• Jillian N. Pearring, PhD

    Assistant Professor, Ophthalmology and Visual Sciences, Kellogg Eye Center University of Michigan

    Research: “Photoreceptor Outer Segment Regeneration: Understanding the Molecular Programs and Dynamic Cellular Processes”


    Photoreceptor Outer Segment Regeneration: Understanding the Molecular Programs and Dynamic Cellular Processes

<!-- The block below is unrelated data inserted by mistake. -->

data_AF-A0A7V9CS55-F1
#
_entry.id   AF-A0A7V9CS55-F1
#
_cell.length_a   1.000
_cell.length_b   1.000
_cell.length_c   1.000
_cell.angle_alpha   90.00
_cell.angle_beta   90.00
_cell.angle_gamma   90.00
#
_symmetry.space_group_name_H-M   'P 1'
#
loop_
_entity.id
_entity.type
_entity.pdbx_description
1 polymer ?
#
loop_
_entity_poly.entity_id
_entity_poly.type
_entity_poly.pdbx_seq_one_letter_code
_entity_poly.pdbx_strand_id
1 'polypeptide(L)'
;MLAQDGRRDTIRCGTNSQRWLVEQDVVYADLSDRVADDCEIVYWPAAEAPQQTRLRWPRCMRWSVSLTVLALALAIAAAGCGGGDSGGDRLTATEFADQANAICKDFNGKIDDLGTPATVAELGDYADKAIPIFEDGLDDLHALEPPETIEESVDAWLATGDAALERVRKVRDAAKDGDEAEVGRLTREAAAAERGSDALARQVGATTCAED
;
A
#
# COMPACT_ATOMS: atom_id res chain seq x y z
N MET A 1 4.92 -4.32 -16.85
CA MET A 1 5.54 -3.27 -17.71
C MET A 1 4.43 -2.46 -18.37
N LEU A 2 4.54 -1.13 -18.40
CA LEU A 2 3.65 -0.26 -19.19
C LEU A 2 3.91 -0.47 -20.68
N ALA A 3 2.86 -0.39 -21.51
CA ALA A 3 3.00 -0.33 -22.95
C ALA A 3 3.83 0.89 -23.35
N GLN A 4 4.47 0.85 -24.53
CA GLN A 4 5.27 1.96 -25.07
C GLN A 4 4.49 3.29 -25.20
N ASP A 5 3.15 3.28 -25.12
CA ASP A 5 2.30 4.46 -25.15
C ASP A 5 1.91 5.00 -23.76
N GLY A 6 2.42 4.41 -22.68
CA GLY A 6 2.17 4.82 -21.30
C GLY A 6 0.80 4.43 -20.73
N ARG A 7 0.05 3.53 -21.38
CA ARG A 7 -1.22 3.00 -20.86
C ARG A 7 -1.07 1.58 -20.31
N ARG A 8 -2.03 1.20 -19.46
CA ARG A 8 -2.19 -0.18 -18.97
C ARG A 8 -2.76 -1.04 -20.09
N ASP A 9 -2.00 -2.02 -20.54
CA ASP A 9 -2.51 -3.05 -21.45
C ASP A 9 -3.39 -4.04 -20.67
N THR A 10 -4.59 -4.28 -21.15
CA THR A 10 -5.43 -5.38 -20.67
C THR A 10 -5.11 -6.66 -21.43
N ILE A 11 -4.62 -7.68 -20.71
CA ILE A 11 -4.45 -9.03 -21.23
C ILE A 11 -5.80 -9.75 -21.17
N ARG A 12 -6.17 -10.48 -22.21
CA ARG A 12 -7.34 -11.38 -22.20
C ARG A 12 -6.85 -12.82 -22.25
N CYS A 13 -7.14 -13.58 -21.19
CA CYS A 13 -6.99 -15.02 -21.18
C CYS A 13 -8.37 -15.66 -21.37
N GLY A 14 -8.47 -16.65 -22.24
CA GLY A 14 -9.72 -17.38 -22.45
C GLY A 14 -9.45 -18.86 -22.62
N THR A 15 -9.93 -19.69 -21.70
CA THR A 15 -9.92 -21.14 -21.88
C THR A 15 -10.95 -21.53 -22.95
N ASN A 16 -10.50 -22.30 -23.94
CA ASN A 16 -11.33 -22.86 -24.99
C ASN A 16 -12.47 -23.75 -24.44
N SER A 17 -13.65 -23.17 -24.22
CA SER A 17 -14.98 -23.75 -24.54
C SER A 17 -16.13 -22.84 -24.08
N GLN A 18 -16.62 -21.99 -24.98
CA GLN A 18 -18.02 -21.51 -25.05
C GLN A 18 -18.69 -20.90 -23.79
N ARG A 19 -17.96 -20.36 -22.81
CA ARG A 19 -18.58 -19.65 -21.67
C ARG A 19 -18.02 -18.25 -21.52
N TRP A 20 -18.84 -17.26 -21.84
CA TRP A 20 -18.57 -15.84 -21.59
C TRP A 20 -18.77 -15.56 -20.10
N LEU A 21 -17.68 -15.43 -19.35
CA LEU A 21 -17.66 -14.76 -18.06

The Pearring laboratory studies the molecular and cellular mechanisms of vision with a focus on the light-sensing cells of the retina, the photoreceptors. Photoreceptors are a polarized neurons in which specific processes are carried out in highly specialized subcellular compartments. The distal rod- or cone-shaped outer segment compartment captures photons of light and initiates the light response. The outer segment is a modified primary cilium with a unique architecture: it contains hundreds of tightly stacked, disc-shaped membranes that are densely packed with the GPCR photopigment to maximize light sensitivity. This modification results in a photoreceptor cilium that is over 50-fold larger than a normal primary cilium. One by-product of light absorption is photo-oxidative damage, which the photoreceptor cell overcomes by continuously replacing its ciliary outer segment on a daily basis. Like a conveyer belt, outer segment renewal occurs by adding new protein and lipid material to nascent discs at the base, while old discs at the distal tip are consumed by retinal pigment epithelium cells. A common phenotype shared during retinal injury and inherited retinal diseases is degeneration of the outer segment followed by photoreceptor cell death. Thus, understanding the underlying mechanisms governing outer segment renewal will provide valuable insight into how to regenerate this light-sensing organelle following injury or disease.



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